"If a system isn't working, like Sun Tran isn't, you look at something brand new, like light rail," he says. "It would be a great opportunity for the community which everyone can embrace because it is less polluting and causes less traffic congestion than buses."

"Get real," says Nancy Mattern. "Tucson is thinking about putting that kind of money into something that is going to minimally provide transportation to people and they won't put it into what is already here to allow it to expand at a whole lot less money? If you have one east-west rail line and one north-south, what the heck are the rest of the people in town [who ride mass transit] supposed to do?"

The benefits of increasing Sun Tran service may be lost on many automobile drivers, but it isn't on these bus riders.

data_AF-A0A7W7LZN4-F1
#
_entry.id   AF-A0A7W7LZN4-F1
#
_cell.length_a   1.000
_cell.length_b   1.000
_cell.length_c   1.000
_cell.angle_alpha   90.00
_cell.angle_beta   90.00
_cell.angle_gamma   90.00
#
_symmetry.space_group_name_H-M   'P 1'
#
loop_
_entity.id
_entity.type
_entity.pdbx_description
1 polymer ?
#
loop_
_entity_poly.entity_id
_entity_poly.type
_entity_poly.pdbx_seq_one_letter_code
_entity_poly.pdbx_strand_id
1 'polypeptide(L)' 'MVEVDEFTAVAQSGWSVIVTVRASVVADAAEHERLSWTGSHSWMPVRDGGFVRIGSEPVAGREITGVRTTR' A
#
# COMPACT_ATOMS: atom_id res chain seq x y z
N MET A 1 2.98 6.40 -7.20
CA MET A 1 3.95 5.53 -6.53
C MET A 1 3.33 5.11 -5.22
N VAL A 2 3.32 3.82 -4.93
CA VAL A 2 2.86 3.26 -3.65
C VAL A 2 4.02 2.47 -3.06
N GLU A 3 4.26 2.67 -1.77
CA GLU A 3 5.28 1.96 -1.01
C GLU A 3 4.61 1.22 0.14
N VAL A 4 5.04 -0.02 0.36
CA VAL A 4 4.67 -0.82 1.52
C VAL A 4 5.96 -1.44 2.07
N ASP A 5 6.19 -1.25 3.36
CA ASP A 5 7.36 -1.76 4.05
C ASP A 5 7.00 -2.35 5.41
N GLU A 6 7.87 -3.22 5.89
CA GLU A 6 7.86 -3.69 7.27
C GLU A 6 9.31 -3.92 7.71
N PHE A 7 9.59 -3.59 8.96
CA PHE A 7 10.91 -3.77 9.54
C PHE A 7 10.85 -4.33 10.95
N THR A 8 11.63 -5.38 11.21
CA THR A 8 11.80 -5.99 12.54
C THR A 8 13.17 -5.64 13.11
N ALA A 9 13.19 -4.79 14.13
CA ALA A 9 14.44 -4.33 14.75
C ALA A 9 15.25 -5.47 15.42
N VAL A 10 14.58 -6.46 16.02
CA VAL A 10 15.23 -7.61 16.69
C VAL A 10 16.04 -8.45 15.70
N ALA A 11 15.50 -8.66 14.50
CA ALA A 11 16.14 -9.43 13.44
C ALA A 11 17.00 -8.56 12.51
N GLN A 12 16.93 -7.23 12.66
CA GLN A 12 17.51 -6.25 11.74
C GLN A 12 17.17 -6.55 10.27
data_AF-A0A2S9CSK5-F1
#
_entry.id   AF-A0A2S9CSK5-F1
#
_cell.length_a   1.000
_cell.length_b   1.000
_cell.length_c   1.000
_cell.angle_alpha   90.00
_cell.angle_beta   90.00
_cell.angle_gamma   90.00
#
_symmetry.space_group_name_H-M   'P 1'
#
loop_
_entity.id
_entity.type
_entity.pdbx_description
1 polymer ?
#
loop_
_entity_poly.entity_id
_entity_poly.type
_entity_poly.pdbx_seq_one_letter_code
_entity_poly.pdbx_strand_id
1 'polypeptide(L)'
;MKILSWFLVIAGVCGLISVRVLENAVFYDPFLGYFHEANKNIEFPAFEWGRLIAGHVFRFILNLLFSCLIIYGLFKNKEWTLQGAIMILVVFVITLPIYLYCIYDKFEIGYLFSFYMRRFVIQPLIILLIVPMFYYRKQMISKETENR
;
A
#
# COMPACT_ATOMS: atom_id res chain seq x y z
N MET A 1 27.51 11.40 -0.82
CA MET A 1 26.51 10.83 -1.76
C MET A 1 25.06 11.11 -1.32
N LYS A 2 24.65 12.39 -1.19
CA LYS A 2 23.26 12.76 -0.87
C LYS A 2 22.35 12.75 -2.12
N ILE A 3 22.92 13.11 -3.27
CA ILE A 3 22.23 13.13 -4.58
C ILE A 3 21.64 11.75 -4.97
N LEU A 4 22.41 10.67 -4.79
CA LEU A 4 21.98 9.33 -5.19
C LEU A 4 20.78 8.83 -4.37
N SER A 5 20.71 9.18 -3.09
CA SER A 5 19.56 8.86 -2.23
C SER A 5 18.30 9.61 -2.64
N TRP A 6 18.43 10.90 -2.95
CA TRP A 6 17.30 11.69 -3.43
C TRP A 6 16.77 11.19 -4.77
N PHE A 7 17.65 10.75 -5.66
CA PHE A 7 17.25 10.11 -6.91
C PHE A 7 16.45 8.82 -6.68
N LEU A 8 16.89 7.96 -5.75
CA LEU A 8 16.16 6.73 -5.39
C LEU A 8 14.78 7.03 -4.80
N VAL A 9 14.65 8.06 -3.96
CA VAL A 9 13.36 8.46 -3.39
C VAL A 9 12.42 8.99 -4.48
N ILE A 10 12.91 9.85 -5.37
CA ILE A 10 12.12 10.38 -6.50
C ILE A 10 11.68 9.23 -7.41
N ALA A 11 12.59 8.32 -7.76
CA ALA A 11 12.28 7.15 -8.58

"Just because most people drive doesn't mean bus service shouldn't be good," Ponzio says. "Drivers may never take the bus, but the system should be adequately funded and motorists shouldn't squabble about that."

"Because there are fewer cars on the road, those who don't drive benefit those who do," says Mattern.

Even if additional tax money is spent to increase the number and reach of Sun Tran's bus routes, would more people use the system? Mattern thinks the answer is yes. "There are people in this town who do not have cars," she says. "They would ride the bus if the service was out there [on the east and north sides]. Lots of people don't ride the bus now because the routes don't get them where they need to be when they need to be there." With more funding and more routes, she believes, more people will board a bus.

Zahrt disagrees. "People wouldn't get out of their cars," she says. "They're spoiled."

But she thinks that Sun Tran must be improved. "Any city this big should have adequate transportation," she says. "Why don't we act like a big city?"

"We are a big city now," says Mattern. "We aren't the Old Pueblo any more."